by Jeremy Woolfe

The Europe Union’s agonizing over international accounting standards continues, with the most likely outcome now emerging as one unified set of rules applying to all of the EU’s 7,000 listed companies from Jan. 1, 2005. The package will, however, involve an inevitable softening of the contentious “banking” section, IAS 39, that rules on financial securities.

Accounting purists will be content that a carve-out of sections from IAS 39 from the full IAS set of rules will be limited to a transitional period. However, they will be worried that the length of the period will remain unspecified, in that it is renewable. EU observers note that it would not be Europe if there were not some kind of political embroidery involved, as there often is in many of the agreements reached among the EU’s 25 member states.

For European companies, the result will mean that, under Europe’s likely “IAS-lite,” companies will have the choice between filing their financial results to conform with the so-called endorsed “international” accounting standards, or filing to meet full, international accountancy standards. Those that are also listed in the U.S. will take the latter option.

Nevertheless, many subsidiaries of groups in continental Europe will also have to continue to produce yet another set of figures to meet their own national generally accepted accounting principles. In addition, they will also sometimes need to meet the special demands of their national taxation authorities.

The removal of 17 paragraphs from IAS 39, as recommended by Frits Bolkestein, EU commissioner for the internal market, follows resistance by some banks to the tighter codes. Philippe Pelle, an official in the European Commission, said that under the “temporary adjustment,” banks will now be able to count in their “core” deposits as longer-term sums for hedging purposes. Core deposits are made up of current accounts and some deposit accounts, which theoretically can be withdrawn easily.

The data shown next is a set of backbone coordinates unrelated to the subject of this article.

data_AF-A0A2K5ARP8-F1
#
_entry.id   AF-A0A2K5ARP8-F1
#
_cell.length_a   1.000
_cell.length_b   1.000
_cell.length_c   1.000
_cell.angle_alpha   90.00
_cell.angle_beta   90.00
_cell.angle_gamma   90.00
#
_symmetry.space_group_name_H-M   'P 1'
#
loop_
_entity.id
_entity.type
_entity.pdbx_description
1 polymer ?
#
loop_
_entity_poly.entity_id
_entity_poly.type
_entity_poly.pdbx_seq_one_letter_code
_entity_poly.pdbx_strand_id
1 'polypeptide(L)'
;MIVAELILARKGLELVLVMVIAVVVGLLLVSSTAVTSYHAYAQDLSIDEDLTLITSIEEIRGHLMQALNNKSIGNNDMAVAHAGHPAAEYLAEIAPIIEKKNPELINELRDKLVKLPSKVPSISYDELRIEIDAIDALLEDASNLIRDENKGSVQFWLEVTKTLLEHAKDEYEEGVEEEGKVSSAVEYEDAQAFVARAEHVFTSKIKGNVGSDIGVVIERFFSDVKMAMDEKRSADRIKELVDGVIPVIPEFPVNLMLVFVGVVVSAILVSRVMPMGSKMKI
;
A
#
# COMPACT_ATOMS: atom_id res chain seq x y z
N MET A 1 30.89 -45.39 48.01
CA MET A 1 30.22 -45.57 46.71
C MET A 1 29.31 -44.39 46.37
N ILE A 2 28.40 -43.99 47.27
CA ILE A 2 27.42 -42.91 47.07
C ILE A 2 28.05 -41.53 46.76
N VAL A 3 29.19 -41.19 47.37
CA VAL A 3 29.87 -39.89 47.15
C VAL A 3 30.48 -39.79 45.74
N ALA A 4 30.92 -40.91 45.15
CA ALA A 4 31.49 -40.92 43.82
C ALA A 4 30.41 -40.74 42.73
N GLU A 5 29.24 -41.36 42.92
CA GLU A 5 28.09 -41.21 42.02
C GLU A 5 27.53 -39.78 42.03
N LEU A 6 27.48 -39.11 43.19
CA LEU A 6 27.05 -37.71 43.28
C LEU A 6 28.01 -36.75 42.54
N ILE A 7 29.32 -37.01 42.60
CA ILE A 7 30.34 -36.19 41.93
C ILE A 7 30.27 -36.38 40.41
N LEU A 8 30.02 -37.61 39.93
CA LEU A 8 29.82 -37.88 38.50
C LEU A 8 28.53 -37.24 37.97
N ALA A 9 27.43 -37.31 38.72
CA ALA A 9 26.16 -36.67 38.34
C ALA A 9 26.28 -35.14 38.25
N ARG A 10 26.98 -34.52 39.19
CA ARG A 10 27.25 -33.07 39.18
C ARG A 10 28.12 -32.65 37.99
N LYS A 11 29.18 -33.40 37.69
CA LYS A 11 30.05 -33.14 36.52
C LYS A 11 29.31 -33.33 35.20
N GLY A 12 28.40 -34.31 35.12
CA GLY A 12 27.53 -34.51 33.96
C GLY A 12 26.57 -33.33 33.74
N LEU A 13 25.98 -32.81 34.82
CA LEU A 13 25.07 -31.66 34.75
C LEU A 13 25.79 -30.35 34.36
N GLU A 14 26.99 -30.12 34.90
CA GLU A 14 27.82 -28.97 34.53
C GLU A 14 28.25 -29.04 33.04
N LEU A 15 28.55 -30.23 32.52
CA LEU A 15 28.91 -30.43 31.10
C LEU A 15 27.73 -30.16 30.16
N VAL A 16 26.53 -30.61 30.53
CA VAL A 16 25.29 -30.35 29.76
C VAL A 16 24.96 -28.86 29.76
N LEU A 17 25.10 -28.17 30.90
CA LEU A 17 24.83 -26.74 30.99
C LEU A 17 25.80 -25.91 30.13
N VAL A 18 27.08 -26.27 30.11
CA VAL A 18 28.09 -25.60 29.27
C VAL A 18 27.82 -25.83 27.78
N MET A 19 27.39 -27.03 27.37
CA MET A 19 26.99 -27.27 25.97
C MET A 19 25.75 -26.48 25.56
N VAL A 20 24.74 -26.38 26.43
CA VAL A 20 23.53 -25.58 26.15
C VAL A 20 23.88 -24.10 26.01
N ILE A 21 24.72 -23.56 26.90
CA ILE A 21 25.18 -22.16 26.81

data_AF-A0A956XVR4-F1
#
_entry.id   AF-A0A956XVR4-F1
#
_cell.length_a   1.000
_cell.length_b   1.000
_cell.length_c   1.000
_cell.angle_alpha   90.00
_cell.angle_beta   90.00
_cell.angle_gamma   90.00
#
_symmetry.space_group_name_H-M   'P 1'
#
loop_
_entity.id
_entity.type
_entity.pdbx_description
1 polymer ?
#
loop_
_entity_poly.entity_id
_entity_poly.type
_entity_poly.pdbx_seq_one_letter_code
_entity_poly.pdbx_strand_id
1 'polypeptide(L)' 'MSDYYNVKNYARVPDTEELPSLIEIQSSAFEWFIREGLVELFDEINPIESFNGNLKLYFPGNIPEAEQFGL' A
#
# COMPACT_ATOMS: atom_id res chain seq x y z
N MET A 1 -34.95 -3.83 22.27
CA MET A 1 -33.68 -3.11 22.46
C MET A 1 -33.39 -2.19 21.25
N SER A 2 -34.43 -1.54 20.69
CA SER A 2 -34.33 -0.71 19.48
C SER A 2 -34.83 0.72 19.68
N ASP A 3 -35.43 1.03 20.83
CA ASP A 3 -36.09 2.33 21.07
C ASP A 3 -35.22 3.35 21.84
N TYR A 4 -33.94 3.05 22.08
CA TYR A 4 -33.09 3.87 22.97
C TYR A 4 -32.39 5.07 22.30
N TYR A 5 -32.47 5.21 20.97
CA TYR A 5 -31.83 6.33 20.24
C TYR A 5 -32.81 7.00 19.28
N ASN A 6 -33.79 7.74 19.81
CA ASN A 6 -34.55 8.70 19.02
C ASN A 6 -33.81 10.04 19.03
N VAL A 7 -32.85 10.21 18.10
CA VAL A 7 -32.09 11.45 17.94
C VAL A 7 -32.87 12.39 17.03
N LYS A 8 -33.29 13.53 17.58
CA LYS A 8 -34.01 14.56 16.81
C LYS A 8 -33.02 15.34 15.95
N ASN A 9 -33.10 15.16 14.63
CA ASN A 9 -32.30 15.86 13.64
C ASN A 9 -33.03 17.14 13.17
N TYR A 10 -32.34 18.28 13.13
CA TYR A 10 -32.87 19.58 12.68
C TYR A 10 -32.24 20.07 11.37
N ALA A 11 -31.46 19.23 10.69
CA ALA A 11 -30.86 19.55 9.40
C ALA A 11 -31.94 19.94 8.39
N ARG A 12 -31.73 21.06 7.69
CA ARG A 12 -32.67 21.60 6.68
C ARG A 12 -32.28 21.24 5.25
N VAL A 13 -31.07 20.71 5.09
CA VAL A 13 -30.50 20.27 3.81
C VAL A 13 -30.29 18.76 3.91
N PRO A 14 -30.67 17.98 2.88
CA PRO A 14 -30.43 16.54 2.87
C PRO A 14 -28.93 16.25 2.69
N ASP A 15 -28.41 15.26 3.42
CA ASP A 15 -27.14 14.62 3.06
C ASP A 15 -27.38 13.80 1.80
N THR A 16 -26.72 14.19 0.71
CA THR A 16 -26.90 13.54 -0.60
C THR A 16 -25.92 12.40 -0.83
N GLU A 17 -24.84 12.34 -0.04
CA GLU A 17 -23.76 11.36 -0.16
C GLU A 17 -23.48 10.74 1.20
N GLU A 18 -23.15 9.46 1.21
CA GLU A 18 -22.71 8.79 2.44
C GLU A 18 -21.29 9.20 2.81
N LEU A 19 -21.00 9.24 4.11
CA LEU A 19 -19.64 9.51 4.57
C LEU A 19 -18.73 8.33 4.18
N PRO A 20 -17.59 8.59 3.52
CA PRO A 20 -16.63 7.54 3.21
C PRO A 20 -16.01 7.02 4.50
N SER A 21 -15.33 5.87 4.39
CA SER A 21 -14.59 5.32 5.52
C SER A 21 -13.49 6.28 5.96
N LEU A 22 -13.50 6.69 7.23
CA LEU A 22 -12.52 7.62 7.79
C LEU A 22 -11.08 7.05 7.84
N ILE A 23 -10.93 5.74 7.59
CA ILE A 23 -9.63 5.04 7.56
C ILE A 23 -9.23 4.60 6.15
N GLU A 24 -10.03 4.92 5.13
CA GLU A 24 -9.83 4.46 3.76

Pelle explained that the European Commission is reluctant to force a sudden jump to full IAS, even though this could theoretically be possible via meetings of Ecofin, the forum of the finance ministers from the 25 EU countries. This was because an important minority of countries would resent it. Belgium, France, Italy and Spain have expressed opposition to full IAS in the case of IAS 39.

He gave the impression of being exasperated at the need to fudge. He pointed out that “business [could not] complain that they were not warned.” Advance notice of the European regulation went back to February 2000, and has been followed by various notifications since.

Behind the scenes, Bolkestein will no doubt be thinking that spitting in the face of the accounting traditionalists with a somewhat half-baked deal is his only realistic option. It would be less catastrophic for European business than to risk having no international financial accounting standards in Europe at all.

Getting it all in place
The mechanics of the currently ongoing negotiations — all very much behind closed doors — involve Europe’s version of IAS, as cut down by the European Commission’s civil servants early in July. The commissioners themselves discussed the proposals late in the month and their opinions were to be passed on to the member states in early August.

On Sept. 8, there will be a meeting of the European political advisory group, the Accounting Regulation Committee, presumably to give its blessing. The commission itself has a late October deadline to finally approve the new accountancy rules.

All the demand for different company financial reporting is bringing rich pickings to the financial business performance management market. This comprises mainly a triumvirate of global software firms, two of them European. They are, in size order, SAP AG, of Germany, Hyperion, of California, and Cartesis (formerly owned by PricewaterhouseCoopers), headquartered in Paris.

James Fisher, European marketing director of Cartesis, says that the market is now growing by 10 percent per year (and even higher this year), and is expected to reach an annual £850 million by 2007. The growth was also being fuelled by the impending Basel II regulations on capital adequacy for banks. He noted that there was also the need for firms to tell the “full story behind the numbers.” Markets react dramatically to any failure, said Fisher.

According to SAP’s Stefan Karl, a director in the financial services sector, the majority of large European listed companies are already prepared for IAS. Those firms not ready on Jan. 1, 2005, would have to apply to work with an intermediate procedure before having the full-blown process in place.

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